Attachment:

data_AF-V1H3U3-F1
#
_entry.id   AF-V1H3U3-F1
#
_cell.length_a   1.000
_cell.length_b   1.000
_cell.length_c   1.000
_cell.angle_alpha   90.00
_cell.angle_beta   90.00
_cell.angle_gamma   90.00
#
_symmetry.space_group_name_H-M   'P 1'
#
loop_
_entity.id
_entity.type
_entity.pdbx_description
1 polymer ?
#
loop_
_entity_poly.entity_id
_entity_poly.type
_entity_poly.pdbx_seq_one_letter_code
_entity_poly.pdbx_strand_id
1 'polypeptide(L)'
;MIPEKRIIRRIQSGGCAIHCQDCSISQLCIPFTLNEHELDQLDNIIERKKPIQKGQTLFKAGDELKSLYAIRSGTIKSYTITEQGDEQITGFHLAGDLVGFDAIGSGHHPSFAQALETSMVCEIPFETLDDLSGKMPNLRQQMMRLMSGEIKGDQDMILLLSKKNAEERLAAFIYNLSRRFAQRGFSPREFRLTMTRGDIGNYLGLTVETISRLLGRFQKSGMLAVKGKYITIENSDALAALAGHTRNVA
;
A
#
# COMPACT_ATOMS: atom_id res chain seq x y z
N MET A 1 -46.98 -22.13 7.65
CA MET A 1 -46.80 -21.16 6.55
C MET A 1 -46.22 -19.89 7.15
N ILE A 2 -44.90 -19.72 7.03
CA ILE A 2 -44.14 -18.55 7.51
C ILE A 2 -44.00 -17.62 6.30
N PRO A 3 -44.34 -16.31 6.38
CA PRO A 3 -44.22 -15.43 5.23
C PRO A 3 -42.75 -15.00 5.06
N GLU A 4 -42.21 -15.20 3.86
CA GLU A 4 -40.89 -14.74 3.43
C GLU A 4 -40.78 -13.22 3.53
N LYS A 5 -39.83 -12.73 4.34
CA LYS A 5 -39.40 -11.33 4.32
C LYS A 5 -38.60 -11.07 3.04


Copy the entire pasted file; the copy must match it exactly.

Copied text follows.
data_AF-V1H3U3-F1
#
_entry.id   AF-V1H3U3-F1
#
_cell.length_a   1.000
_cell.length_b   1.000
_cell.length_c   1.000
_cell.angle_alpha   90.00
_cell.angle_beta   90.00
_cell.angle_gamma   90.00
#
_symmetry.space_group_name_H-M   'P 1'
#
loop_
_entity.id
_entity.type
_entity.pdbx_description
1 polymer ?
#
loop_
_entity_poly.entity_id
_entity_poly.type
_entity_poly.pdbx_seq_one_letter_code
_entity_poly.pdbx_strand_id
1 'polypeptide(L)'
;MIPEKRIIRRIQSGGCAIHCQDCSISQLCIPFTLNEHELDQLDNIIERKKPIQKGQTLFKAGDELKSLYAIRSGTIKSYTITEQGDEQITGFHLAGDLVGFDAIGSGHHPSFAQALETSMVCEIPFETLDDLSGKMPNLRQQMMRLMSGEIKGDQDMILLLSKKNAEERLAAFIYNLSRRFAQRGFSPREFRLTMTRGDIGNYLGLTVETISRLLGRFQKSGMLAVKGKYITIENSDALAALAGHTRNVA
;
A
#
# COMPACT_ATOMS: atom_id res chain seq x y z
N MET A 1 -46.98 -22.13 7.65
CA MET A 1 -46.80 -21.16 6.55
C MET A 1 -46.22 -19.89 7.15
N ILE A 2 -44.90 -19.72 7.03
CA ILE A 2 -44.14 -18.55 7.51
C ILE A 2 -44.00 -17.62 6.30
N PRO A 3 -44.34 -16.31 6.38
CA PRO A 3 -44.22 -15.43 5.23
C PRO A 3 -42.75 -15.00 5.06
N GLU A 4 -42.21 -15.20 3.86
CA GLU A 4 -40.89 -14.74 3.43
C GLU A 4 -40.78 -13.22 3.53
N LYS A 5 -39.83 -12.73 4.34
CA LYS A 5 -39.40 -11.33 4.32
C LYS A 5 -38.60 -11.07 3.04